After vowing to take on radical environmentalists determined to stop the Northern Gateway pipeline, the Harper government has released a new anti-terrorism strategy that targets eco-extremists as threats.
With his announcement this week, Public Safety Minister Vic Toews has increased the concern among environmentalists that Ottawa regards them as implacable adversaries to be monitored and battled, rather than well-meaning advocates to be consulted.
“This is just one more step in their attempt to marginalize the environmental movement and to quiet its voice,” John Bennett, executive director of Sierra Club Canada, said Friday. “It’s an indirect suggestion that somehow environmentalism is attached to terrorism and that’s just wrong.”... Read more »
Fred Winsor says he's happy to see vindication from national science panel calling for sweeping changes to Canada's fisheries managment policies.
Winsor, the conservation chair for Sierra Club, said that he's been saying for a while the federal government's efforts to foster cod stocks just aren't working.
"I've lost track of the number of letters I've written to ministers of fisheries, asking to have various areas closed for marine protected areas and, you know, moving away from single-species management and looking at ecosystems," Winsor said. "It's the Fisheries Department itself; they've been given good information and the research is there, but they refuse to acknowledge it."
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I write in response to the Dave Gillis letter of Sept. 30, "Seals, science and culls." In his letter, Gillis points to a Canadian Science Advisory Council report which advised that "grey seals were likely the greatest contributor to high cod mortality in the southern gulf." He goes on to say that "the Atlantic cod stock in the southern Gulf of St. Lawrence is severely depleted (and) the major factor limiting recovery (of cod) is the unusually high mortality rate of large fish in this population." These statements all sound well and good as long as they remain outside of any historical context. However, when placed in the context the history of commercial fisheries in the Gulf of St. Lawrence, a different picture emerges.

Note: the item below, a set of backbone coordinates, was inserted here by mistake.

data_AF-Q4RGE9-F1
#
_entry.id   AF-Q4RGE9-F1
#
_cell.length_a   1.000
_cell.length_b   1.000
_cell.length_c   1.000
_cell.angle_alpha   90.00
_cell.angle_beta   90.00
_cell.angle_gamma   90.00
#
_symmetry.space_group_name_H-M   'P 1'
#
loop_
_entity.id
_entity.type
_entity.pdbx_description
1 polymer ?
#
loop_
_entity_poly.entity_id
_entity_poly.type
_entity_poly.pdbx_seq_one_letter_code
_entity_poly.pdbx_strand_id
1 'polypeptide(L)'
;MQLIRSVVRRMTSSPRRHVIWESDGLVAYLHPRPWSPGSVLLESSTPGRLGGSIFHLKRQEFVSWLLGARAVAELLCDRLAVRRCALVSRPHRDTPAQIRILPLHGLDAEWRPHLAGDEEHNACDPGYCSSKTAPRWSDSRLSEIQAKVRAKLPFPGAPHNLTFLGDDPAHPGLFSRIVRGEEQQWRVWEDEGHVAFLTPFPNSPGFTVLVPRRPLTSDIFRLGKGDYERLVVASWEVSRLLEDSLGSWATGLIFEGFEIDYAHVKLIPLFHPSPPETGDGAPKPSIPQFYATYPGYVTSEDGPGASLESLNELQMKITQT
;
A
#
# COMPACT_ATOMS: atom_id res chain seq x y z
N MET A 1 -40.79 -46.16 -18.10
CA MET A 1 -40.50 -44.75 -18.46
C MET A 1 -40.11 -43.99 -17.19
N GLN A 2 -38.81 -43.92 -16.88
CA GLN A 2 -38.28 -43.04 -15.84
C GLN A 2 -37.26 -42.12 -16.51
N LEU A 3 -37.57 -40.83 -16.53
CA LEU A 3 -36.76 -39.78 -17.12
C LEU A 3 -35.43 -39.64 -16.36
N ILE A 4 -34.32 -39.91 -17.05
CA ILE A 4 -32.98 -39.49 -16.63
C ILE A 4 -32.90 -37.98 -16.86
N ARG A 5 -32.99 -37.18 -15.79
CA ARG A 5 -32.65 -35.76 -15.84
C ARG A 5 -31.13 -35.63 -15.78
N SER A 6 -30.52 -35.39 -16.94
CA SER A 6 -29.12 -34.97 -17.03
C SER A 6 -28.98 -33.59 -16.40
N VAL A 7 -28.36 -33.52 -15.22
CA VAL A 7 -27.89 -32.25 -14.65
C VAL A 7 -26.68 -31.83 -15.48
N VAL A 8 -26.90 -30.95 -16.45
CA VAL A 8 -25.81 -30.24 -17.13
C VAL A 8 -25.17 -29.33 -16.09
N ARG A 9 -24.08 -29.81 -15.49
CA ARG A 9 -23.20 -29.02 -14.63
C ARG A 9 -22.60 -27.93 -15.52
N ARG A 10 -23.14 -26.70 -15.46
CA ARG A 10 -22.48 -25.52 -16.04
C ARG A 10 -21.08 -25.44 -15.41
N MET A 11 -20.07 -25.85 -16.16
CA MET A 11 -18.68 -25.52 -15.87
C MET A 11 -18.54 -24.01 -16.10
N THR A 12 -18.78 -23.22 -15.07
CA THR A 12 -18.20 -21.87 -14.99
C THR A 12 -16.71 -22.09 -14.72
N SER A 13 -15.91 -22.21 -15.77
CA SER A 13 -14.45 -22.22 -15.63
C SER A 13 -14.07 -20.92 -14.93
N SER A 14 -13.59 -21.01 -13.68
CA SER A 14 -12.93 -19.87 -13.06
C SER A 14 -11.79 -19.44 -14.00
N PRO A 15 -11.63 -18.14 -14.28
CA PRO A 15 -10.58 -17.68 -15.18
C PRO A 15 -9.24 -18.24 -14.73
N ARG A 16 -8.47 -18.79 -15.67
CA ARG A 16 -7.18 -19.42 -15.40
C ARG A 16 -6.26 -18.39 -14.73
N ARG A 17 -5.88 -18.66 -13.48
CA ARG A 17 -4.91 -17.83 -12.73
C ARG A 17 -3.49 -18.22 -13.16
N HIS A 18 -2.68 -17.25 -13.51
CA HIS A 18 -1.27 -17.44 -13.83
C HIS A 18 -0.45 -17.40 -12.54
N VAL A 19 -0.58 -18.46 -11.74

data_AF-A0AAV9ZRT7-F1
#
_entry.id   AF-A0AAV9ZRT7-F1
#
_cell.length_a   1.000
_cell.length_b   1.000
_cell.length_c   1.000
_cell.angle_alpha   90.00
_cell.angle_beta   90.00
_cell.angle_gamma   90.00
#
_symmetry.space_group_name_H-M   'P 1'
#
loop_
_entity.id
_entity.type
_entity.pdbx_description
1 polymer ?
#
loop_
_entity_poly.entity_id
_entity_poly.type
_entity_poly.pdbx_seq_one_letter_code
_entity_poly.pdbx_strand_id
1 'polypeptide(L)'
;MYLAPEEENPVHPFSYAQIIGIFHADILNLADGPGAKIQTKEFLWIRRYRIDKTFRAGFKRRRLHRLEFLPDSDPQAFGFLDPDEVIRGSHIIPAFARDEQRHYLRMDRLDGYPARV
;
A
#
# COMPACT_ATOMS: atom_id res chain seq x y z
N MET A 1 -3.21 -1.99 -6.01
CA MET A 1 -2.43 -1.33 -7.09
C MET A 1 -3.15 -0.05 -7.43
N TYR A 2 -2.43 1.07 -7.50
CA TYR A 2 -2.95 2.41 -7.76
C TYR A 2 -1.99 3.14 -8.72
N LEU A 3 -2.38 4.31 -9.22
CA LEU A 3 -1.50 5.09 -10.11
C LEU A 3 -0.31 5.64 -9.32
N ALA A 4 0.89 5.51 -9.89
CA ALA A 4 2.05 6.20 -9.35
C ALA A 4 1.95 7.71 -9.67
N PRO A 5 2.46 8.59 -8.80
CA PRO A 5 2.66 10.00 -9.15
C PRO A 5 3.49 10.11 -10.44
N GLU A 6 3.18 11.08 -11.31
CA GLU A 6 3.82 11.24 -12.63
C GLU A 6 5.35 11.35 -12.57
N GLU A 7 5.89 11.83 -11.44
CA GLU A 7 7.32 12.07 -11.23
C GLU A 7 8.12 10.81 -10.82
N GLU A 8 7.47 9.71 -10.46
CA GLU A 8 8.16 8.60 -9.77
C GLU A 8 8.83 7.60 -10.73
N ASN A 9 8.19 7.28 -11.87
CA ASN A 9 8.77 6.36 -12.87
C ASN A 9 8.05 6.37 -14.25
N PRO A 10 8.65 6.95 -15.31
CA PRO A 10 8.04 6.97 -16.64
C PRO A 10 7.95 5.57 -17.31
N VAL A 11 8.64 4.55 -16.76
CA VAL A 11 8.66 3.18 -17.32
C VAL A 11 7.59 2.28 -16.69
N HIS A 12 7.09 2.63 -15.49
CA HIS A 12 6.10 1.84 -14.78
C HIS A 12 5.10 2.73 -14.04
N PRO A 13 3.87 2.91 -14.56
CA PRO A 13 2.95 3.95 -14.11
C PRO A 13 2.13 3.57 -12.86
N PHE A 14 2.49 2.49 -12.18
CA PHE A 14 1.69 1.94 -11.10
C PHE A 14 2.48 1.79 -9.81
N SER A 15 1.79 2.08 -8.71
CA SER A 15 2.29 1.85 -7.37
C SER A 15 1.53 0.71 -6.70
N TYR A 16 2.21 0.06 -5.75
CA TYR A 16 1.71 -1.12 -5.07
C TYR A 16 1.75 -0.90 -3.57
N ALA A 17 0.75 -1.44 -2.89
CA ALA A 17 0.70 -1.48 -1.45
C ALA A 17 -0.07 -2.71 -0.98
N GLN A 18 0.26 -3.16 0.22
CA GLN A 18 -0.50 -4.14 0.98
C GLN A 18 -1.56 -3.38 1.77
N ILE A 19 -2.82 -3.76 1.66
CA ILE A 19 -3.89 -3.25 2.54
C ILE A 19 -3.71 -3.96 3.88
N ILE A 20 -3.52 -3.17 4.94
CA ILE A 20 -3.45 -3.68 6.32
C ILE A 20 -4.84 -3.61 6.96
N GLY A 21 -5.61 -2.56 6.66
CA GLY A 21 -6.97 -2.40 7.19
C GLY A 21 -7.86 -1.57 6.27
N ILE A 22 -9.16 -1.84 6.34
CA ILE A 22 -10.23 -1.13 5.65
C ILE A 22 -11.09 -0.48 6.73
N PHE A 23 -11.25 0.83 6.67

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Captain Charles Moore of the Algalita Marine Research Foundation first discovered the Great Pacific Garbage Patch -- an endless floating waste of plastic trash. Now he's drawing attention to the growing, choking problem of plastic debris in our seas.
Churchill River mega-dam bad for Canada
The announcement today by the Harper Government today that it will provide a loan guarantee for the Lower Churchill River mega-dam is troubling for a number of reasons, including:
1) the electricity is not needed as claimed and the scheme is based on flawed economics;
2) alternatives were not seriously evaluated or considered, including a wind project proposed by the Metis Nation to produce 1000 megawatts of power;
3) it’s bad for the aquatic ecosystem, the environment and climate change;
4) it’s bad for the livelihoods of those who will be displaced, including the Innu and NunatuKavut nations;... Read more »